We Need to Talk More About Fertility
Here, women open up about their fertility journeys in an effort to help and support others facing barriers to build the family they desire.
Photo Credit: Shutterstock
There are many ways to build a family, and it’s important to continue raising awareness to normalize that.
“Many Canadians are affected by fertility challenges,” says Carolynn Dubé, executive director of Fertility Matters Canada, “And these statistics don’t account for aspiring single or LGBTQ+ parents, all with the same goal of building a family.”
Photo Credit: Carolynn Dubé, executive director of Fertility Matters Canada.
Fertility Matters Canada (FMC) is the leading national patient-focused organization providing free support, public education, and advocacy for equitable access to fertility care in Canada. Fertility Matters Canada supports those who are considering their future fertility, are currently on a fertility journey, are facing childlessness after infertility, have experienced a miscarriage or loss, or are seeking support or information.
There are many factors that can impact the journey to parenthood — and every journey is different, each with a unique set of challenges, an overwhelming amount of information, and difficult decisions to be made. It can lead to people going through this process feeling lonely along the way, not to mention emotionally and physically drained.
June is World Infertility Awareness Month, a globally celebrated moment that focuses on increasing awareness on numerous infertility issues faced by aspiring parents in Canada and across the globe. Organizations like Organon Canada, a leading women’s healthcare company, and Fertility Matters Canada are working to spotlight the stories of aspiring parents, sharing their fertility challenges and lessons learned. “We’re committed to turning the infertility narrative on its head and redefining (in)fertility to put a positive spin on an often-heavy conversation and to be more inclusive of all fertility stories and journeys,” says Dubé.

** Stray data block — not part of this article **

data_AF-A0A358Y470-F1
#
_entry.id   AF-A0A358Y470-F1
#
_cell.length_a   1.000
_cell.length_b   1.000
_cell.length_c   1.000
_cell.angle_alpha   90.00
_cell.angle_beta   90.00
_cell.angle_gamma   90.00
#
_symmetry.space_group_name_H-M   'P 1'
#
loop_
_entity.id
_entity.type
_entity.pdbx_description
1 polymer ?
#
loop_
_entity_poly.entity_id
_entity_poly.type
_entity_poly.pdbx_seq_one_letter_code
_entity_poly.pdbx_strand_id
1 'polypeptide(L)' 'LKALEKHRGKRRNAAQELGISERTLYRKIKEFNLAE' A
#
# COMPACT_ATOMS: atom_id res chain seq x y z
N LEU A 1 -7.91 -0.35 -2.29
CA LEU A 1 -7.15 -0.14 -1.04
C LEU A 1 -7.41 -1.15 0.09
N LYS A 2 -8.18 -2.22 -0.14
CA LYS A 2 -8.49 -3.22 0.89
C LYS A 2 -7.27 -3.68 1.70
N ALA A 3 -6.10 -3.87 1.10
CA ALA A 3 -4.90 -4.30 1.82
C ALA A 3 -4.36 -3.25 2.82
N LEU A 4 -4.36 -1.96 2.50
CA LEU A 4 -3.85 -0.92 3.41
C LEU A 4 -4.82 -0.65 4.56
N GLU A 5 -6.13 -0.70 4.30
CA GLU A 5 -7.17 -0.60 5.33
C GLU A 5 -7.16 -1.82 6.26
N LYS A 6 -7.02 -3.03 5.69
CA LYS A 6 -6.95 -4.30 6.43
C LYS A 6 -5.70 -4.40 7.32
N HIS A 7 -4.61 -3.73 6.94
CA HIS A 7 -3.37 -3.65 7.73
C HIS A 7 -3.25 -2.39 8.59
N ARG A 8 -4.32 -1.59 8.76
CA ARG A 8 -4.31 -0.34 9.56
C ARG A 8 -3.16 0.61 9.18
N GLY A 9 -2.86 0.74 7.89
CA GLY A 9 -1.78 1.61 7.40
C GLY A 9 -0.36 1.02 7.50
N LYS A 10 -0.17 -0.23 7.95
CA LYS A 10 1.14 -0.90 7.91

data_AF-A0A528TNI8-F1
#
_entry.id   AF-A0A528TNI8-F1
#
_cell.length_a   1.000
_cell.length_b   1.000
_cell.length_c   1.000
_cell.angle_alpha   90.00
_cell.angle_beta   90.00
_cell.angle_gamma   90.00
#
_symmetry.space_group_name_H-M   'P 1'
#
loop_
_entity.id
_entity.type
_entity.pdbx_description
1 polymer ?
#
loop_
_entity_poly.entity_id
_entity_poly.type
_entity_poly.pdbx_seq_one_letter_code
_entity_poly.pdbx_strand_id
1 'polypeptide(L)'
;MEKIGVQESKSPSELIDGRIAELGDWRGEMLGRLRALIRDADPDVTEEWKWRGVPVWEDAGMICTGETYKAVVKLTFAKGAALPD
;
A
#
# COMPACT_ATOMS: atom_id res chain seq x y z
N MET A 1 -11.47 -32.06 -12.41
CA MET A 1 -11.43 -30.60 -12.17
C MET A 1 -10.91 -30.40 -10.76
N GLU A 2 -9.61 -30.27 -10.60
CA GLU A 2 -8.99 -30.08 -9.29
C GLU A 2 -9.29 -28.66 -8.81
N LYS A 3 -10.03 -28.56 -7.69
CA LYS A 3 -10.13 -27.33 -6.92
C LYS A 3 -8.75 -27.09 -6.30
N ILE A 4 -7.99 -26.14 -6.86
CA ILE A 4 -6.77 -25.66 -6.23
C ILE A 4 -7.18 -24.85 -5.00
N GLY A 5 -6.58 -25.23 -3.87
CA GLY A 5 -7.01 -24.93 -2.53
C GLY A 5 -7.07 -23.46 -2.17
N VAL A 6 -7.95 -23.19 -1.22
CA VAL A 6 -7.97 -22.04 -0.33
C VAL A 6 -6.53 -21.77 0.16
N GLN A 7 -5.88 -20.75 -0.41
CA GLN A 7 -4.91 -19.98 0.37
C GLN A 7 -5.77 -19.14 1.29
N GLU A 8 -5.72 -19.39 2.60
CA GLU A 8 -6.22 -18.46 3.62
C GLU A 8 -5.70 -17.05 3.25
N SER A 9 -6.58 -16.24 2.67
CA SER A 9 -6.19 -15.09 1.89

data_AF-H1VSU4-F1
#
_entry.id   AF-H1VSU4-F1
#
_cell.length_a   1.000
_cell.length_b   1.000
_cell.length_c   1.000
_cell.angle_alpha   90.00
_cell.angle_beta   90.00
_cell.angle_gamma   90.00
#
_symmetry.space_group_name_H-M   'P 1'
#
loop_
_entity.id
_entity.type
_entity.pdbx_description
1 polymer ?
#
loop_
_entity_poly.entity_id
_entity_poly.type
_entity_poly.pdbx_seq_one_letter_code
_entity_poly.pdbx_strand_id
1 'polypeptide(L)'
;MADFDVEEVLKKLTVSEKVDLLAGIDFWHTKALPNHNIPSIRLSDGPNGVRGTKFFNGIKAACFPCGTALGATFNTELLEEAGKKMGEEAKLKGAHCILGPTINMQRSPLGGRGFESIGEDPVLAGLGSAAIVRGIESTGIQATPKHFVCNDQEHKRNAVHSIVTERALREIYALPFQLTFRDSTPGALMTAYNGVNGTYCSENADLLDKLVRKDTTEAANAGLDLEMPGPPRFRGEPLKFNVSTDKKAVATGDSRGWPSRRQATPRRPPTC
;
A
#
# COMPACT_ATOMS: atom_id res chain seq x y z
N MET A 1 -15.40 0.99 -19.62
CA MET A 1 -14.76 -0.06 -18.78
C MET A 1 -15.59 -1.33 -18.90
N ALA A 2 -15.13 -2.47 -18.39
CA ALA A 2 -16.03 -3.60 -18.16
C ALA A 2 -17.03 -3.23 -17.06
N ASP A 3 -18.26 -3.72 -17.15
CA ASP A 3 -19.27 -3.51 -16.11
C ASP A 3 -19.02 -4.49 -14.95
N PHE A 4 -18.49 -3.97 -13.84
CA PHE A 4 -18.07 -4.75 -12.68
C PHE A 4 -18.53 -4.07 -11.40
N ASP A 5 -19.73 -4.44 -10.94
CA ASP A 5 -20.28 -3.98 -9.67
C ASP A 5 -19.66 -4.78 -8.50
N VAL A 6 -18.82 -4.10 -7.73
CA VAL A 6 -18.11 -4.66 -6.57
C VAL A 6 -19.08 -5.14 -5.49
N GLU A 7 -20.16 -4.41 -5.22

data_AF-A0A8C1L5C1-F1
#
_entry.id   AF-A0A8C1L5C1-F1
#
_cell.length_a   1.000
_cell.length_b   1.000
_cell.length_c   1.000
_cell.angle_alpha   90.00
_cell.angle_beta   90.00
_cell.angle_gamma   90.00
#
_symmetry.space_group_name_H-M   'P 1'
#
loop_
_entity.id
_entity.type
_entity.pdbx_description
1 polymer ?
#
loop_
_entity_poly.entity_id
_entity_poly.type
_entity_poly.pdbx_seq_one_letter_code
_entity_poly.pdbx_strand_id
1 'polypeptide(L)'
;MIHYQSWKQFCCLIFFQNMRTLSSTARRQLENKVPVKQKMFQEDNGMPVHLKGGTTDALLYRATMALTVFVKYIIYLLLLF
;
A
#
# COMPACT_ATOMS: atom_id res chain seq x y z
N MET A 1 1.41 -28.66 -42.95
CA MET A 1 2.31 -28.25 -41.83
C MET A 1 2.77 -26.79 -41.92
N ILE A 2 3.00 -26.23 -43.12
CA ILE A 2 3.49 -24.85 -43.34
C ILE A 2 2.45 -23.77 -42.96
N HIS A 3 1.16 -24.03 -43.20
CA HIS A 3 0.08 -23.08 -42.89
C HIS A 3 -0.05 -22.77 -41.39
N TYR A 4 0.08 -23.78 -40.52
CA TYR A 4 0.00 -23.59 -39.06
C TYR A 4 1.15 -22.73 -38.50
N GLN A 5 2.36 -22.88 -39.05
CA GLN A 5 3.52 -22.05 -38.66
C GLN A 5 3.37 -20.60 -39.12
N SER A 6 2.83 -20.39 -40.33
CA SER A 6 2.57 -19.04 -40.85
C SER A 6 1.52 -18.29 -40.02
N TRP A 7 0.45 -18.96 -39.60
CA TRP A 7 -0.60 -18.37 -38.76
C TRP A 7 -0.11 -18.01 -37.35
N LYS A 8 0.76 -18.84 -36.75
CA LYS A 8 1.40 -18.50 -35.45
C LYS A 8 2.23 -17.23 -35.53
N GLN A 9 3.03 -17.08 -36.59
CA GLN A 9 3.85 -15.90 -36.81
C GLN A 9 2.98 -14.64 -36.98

Anne-Marie Luca and Tayyaba Mohsin are two Canadian women working to break the stigma that prevents people and families from having open conversations about fertility and seeking the support they need.
Anne-Marie is the founder of Info-Procreation, an organization that supports people experiencing infertility and members of the LGBTQ+ community on their fertility journey. Her personal fertility journey began when she was diagnosed with cervical cancer and needed a hysterectomy at age 35. After her procedure and cancer treatment, surrogacy was her only option to conceive a biological child. Surrogacy is anything but a straightforward process, and Anne-Marie was given only bits of information. So, she completed hundreds of hours of her own research to make her dream of having a family come true.
Photo Credit: Anne-Marie Luca